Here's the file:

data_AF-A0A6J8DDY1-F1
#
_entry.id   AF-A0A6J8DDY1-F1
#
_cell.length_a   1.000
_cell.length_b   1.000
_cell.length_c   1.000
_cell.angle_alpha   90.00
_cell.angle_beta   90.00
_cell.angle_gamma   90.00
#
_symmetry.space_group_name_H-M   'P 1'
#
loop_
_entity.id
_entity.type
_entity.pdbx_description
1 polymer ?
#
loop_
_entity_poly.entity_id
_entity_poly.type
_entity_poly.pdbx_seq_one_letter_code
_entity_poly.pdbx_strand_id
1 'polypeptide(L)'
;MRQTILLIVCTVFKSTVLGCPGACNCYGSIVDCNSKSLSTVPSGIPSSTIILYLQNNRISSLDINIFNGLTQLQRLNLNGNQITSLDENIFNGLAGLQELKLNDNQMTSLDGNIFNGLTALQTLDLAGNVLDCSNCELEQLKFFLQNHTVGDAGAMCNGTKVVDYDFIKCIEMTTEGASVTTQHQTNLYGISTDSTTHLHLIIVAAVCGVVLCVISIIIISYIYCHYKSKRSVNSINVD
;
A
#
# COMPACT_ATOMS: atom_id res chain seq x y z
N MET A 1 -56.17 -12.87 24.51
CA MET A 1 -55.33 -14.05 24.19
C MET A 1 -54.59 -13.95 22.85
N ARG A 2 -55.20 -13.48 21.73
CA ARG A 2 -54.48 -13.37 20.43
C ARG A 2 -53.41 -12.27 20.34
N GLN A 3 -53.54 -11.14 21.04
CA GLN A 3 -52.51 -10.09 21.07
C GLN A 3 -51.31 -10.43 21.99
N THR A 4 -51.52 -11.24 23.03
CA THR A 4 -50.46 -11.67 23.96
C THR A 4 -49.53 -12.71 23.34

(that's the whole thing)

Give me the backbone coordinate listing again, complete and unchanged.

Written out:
data_AF-A0A6J8DDY1-F1
#
_entry.id   AF-A0A6J8DDY1-F1
#
_cell.length_a   1.000
_cell.length_b   1.000
_cell.length_c   1.000
_cell.angle_alpha   90.00
_cell.angle_beta   90.00
_cell.angle_gamma   90.00
#
_symmetry.space_group_name_H-M   'P 1'
#
loop_
_entity.id
_entity.type
_entity.pdbx_description
1 polymer ?
#
loop_
_entity_poly.entity_id
_entity_poly.type
_entity_poly.pdbx_seq_one_letter_code
_entity_poly.pdbx_strand_id
1 'polypeptide(L)'
;MRQTILLIVCTVFKSTVLGCPGACNCYGSIVDCNSKSLSTVPSGIPSSTIILYLQNNRISSLDINIFNGLTQLQRLNLNGNQITSLDENIFNGLAGLQELKLNDNQMTSLDGNIFNGLTALQTLDLAGNVLDCSNCELEQLKFFLQNHTVGDAGAMCNGTKVVDYDFIKCIEMTTEGASVTTQHQTNLYGISTDSTTHLHLIIVAAVCGVVLCVISIIIISYIYCHYKSKRSVNSINVD
;
A
#
# COMPACT_ATOMS: atom_id res chain seq x y z
N MET A 1 -56.17 -12.87 24.51
CA MET A 1 -55.33 -14.05 24.19
C MET A 1 -54.59 -13.95 22.85
N ARG A 2 -55.20 -13.48 21.73
CA ARG A 2 -54.48 -13.37 20.43
C ARG A 2 -53.41 -12.27 20.34
N GLN A 3 -53.54 -11.14 21.04
CA GLN A 3 -52.51 -10.09 21.07
C GLN A 3 -51.31 -10.43 21.99
N THR A 4 -51.52 -11.24 23.03
CA THR A 4 -50.46 -11.67 23.96
C THR A 4 -49.53 -12.71 23.34